Monero XMR, The Truth Behind The Burning Bug

Monero XMR, The Truth Behind The Burning Bug
Monero, the project behind XMR and the privacy coin that isn’t shy of controversy. Monero has always been especially susceptible to mining related hacks and illicit cryptocurrency mining, however, the burning bug within the Monero network takes these surfaces hacks to a new level. It transpires that now, as a result of the burning bug, the entire XMR network could have crashed down in an instant. Over the past two months, the so called ‘Burning Bug’ has surfaced twice, calling the integrity of the Monero network to question. In order to understand the scale of this, we first of all need to explore exactly what the burning bug is. Monero’s burning secret The burning bug is a bug that could have allowed hackers to drain Monero XMR assets from any exchange or wallet, at a very low cost. Often, these sorts of bugs are left unresolved because the illicit draining of funds would cost the hackers so much in transaction fees - in other words, it wouldn’t be worthwhile stealing the money, because it would cost the hackers too much to do so. Now, according to The Next Web, a developer from Monero has spoken out about the bug, stating that:
“A bug in the wallet software allowed a determined attacker to cause significant damage to organizations present in the Monero ecosystem with minimal cost. A determined attacker could burn the funds of an organization’s wallet whilst merely losing network transaction fees.”
How does the bug work? This all comes down to the fact that Monero can ‘burn’ XMR on the network, in the same way Bitcoin and Ethereum can, hence the name burning bug (burning is not in reference to the bug being on fire I’m afraid). Burns can occur when the Monero blockchain detects transactions between identical stealth addresses, it assumes these are illegitimate and ‘burns’ one of the transactions, allowing just one ‘legitimate’ transaction to remain. When this happens, the XMR isn’t removed, it’s simply just made unusable. It is this burning process that allows hackers to directly extract XMR straight off the blockchain via external wallets, such as those that may be found at cryptocurrency exchanges. According to The Next Web, the report by the Monero developers states:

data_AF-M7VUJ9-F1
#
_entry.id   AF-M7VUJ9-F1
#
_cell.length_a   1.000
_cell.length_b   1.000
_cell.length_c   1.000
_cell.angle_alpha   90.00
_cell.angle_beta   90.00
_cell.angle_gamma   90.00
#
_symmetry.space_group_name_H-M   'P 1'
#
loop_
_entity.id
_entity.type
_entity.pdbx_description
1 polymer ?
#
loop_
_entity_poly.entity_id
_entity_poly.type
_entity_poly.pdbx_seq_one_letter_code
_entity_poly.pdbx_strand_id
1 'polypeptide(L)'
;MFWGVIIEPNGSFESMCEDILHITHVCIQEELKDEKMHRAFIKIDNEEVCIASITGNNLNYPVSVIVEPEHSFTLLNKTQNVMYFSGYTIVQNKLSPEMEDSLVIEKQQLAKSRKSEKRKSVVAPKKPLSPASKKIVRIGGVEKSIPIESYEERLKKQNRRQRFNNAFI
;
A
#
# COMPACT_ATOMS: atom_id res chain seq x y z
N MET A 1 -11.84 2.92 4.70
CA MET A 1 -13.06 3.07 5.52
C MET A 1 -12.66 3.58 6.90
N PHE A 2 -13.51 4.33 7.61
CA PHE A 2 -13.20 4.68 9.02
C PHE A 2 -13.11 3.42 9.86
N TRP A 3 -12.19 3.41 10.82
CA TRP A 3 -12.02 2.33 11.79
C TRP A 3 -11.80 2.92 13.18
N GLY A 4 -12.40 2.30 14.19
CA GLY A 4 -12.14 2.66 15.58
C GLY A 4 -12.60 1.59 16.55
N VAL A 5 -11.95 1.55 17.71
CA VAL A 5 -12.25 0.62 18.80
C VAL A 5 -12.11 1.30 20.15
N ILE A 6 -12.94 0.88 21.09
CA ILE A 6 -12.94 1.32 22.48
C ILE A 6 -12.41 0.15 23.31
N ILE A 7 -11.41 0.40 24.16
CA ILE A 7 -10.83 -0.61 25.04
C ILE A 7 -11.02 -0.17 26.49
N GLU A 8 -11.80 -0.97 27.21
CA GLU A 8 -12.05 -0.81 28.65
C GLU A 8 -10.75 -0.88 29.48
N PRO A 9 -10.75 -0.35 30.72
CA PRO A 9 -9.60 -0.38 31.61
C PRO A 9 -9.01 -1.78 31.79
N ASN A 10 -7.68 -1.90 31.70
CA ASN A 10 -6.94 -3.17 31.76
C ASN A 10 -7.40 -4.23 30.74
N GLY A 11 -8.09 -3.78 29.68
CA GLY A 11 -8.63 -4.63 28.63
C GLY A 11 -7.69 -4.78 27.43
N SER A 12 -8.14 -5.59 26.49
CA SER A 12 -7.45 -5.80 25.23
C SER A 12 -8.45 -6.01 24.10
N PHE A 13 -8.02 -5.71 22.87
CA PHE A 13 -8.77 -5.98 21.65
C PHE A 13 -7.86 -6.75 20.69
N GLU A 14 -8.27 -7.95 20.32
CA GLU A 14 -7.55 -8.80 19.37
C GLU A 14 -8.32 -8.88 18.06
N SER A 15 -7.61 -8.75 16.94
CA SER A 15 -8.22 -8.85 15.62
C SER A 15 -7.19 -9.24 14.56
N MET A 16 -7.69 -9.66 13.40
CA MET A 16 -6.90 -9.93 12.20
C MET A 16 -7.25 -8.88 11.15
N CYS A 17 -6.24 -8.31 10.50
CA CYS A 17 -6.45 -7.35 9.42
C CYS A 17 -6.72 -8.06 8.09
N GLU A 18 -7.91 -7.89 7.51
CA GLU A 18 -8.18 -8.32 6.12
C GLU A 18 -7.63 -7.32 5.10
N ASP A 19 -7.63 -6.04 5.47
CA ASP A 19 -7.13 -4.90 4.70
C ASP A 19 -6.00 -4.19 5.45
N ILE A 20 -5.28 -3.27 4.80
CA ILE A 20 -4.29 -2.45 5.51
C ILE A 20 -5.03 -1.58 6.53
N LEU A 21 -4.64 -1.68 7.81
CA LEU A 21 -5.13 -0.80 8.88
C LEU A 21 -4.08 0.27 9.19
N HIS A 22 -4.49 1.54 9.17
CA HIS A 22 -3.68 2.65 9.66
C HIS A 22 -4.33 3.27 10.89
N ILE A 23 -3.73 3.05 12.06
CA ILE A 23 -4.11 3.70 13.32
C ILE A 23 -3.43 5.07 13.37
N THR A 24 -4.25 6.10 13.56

“After modifying a Monero wallet to make transactions using the same stealth address as the target wallet, attackers send, say, a thousand transactions of one XMR to an exchange. Because the exchange’s wallet does not warn for this particular abnormality (i.e. funds being received on the same stealth address), the exchange will, as usual, credit the attacker with 1,000 XMR. The attacker then sells his XMR for BTC and lastly withdraws this BTC. The result of the hacker’s action(s) is that the exchange is left with 999 unspendable / burnt outputs of 1 XMR.”
What happens now? Well, as a result of this, Monero developers have had to create a fix which has now been sent out to the various Monero exchanges. This was carried out in secret, in order to stop hackers taking advantage of the bug whilst the exchanges ran updates to patch the error. Thankfully, now a fix has been rolled out, the Monero development team have confirmed that no XMR had been lost of manipulated as a result of the burning bug. Finally, the burning bug has now been extinguished. To close their statement, the Monero development team have issued a warning to all who indulge in cryptocurrencies:
“This event is again an effective reminder that cryptocurrency and the corresponding software are still in its infancy and thus quite prone to (critical) bugs.”
Bugs can exist in many forms, even when a crypto project is looking to be running smoothly (as Monero is) critical and devastating bugs could still exist on the network that in turn could be used to totally bring it down. It’s simply just a case of a race between developers and hackers, who gets there first will determine the future for the project. If the hacker gets there first, the consequences are devastating. If the developers get there first, as they have in this instance, the bug is fixed and the community is left protected, with their assets secured. We do expect more bugs like this to crop up across the industry. Just because this one has been fixed, it doesn’t mean Monero is totally resistant to these bugs going forward. Thankfully, the development team will be working hard to ensure this doesn’t happen ever again. References The Next Web
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